September 18, 2020

Andrea Mérida,
Robert Smith,

Howie Hawkins Calls for a federal Financial Transaction Tax

Howie Hawkins, the Green and Socialist Party candidate for President, stood in front of the New York State Exchange today to call for a federal Financial Transaction Tax.

Hawkins also called on state lawmakers to stop rebating $13 billion annually to Wall Street speculators from the state stock transfer tax that has existed for more than a century.

“It is time to tax the rich. We need the wealthy to bear their fair share of the costs of lifting up America from the COVID recession and to mitigate the climate change they have greatly profited from. 40 years of conservative fiscal policies promoted by both major parties have combined tax cuts for the rich with spending cuts on public services and infrastructure. This trickle-down voodoo economics hasn’t worked. It just made the rich richer,” said Hawkins, a retired Teamster from Syracuse.

Hawkins noted that labor income is now taxed at a higher rate than capital income for the first time in US history. Since the 1950s, the average capital tax rate has been cut by 20% while taxes on labor income have increased 10%.

The federal government collected a tax on stock trades from 1914 to 1966. Forty countries today have a financial transactions tax, including Brazil, Britain, China, France, Hong Kong, Germany, India, Singapore, South Korea, Switzerland, and Taiwan.

The Inclusive Prosperity Act introduced by Senator Bernie Sanders (I-VT) and Representative Barbara Lee (D-CA) would tax stock trades at 0.5% ($5 on $1,000), bond trades at 0.1% ($1 on $1,000), and derivative trades at 0.005% (5 cents on $1,000). They estimate the tax would raise $2.4 trillion over 10 years.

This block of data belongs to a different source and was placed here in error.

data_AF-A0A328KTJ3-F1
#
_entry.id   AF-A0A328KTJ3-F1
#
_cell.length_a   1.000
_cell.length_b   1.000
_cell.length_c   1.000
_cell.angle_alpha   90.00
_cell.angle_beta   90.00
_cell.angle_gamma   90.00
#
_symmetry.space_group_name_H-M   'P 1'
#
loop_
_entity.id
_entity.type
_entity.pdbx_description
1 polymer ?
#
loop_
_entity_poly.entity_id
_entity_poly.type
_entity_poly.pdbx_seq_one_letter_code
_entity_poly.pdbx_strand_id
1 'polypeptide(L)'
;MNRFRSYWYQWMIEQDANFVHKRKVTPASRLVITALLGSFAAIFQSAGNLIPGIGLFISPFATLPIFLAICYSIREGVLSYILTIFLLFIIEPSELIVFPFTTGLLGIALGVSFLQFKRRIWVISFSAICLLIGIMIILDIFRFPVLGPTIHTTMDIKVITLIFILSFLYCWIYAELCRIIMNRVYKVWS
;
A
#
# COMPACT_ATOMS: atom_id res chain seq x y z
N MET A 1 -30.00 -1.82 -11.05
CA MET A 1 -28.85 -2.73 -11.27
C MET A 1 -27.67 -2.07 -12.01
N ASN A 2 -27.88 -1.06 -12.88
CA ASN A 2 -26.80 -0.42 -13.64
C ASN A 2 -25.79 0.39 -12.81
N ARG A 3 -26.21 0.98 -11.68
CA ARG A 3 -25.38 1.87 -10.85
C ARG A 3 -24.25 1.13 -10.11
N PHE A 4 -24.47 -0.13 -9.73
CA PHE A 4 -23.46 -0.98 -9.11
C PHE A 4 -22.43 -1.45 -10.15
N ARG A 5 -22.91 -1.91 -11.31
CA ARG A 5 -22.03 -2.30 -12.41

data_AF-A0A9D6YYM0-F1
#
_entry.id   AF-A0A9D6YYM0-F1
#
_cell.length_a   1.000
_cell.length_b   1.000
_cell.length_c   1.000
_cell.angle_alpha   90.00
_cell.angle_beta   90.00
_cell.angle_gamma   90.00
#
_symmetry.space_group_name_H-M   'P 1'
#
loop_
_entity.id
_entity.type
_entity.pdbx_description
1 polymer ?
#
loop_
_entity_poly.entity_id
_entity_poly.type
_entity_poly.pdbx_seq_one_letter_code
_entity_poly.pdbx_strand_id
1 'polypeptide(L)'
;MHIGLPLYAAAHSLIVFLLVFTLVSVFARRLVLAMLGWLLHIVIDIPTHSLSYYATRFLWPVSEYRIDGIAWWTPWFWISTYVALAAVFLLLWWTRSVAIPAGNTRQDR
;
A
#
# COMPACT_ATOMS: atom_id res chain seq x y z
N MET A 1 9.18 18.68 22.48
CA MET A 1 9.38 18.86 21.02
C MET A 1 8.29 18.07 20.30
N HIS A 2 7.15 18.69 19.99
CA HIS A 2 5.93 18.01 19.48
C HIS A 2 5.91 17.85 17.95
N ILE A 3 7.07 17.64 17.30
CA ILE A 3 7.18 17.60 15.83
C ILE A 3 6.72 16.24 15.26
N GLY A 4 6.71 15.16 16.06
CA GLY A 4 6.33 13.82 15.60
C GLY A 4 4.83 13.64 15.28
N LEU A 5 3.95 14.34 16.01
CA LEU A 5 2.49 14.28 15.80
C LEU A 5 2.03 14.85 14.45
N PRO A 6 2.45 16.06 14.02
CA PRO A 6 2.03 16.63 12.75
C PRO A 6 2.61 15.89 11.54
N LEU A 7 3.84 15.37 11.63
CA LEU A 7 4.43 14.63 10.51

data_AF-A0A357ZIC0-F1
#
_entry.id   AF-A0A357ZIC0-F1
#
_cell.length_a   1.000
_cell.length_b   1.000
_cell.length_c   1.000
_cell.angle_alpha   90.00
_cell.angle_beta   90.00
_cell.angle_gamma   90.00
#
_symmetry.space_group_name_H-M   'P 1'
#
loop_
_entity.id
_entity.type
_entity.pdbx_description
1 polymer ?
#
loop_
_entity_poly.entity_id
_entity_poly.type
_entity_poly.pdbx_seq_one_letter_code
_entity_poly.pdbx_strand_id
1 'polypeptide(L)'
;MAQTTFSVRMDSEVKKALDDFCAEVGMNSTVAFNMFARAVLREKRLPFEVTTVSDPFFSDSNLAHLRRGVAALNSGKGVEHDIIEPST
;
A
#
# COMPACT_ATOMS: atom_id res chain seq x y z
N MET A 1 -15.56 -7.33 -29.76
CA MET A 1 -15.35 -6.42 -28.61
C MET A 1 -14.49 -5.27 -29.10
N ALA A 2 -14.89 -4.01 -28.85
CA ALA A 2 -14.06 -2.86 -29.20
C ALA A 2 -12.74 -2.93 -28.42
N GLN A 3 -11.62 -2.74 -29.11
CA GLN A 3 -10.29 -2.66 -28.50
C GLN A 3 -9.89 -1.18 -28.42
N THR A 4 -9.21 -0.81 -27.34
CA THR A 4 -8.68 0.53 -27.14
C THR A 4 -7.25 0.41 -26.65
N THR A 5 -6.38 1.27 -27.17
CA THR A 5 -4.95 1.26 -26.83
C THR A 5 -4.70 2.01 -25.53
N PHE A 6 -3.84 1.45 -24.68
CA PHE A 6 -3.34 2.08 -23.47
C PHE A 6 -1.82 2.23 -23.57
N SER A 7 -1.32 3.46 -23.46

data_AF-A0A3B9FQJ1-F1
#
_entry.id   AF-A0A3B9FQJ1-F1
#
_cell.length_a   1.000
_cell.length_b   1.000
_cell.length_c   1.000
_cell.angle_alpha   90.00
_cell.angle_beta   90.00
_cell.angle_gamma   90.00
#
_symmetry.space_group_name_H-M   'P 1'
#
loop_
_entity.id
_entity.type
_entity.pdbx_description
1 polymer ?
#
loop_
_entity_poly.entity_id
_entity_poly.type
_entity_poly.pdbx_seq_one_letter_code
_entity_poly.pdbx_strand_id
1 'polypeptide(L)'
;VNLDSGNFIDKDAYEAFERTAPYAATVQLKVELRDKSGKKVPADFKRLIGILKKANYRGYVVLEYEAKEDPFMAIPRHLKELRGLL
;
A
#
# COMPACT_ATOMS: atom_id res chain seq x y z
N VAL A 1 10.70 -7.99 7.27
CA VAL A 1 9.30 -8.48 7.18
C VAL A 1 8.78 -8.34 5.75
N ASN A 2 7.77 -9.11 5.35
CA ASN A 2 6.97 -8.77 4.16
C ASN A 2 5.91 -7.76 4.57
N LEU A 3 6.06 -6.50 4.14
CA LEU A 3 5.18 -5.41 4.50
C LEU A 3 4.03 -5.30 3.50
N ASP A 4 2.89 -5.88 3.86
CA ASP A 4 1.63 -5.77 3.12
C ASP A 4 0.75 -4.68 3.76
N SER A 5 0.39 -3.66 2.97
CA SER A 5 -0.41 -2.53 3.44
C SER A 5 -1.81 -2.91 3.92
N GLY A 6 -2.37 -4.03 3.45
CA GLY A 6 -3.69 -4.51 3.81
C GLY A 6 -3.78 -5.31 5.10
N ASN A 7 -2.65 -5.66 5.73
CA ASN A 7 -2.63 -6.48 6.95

Hawkins also called for ecological taxes on the use or abuse of limited natural resources. He supports a progressive carbon tax –  with rebates for low-income households – to make fossil fuel polluters pay for their abuse of the atmosphere by greenhouse gases and help fund the transition to 100% clean energy.

Hawkins noted that “tax policy has favored the wealthy under both parties, but the Trump-administration has brought this tax corruption to new levels. We need to transform tax policy to build the working-class base of the economy, shrink the wealth divide, and confront the climate crisis.”

Hawkins called for state lawmakers to stand up to Governor Cuomo and his austerity budget policies and demand that he support taxing the rich to avoid massive cuts to local schools, governments and social services. Hawkins said the quickest and easiest step would be to halt the rebate of the Stock Transfer Tax (STT).

The state STT is pennies per share but adds up to billions of dollars annually due to today’s automated high-frequency algorithmic trading systems. Legislation to repeal the rebate of the Stock Transfer Tax has been introduced in the state Assembly (A07791) and Senate (S06203).

The Stock Transfer Tax provided revenues to initially the city and then New York State between 1905 and 1981. Since 1981, the state has rebated 100 percent of the revenues to stock traders.

Stock trading volume has been up to record levels in this year’s pandemic-driven stock market volatility. The Stock Transfer Tax is paid disproportionately by the wealthy. Among American households, the wealthiest 1% owns 50% of all stocks and the top 10% owns 84%, directly or indirectly through trust, pension, and mutual funds. New York has the most unequal income distribution of any state, with the top 1%’s share of all income growing from 12% in 1980 to 33% in 2015.

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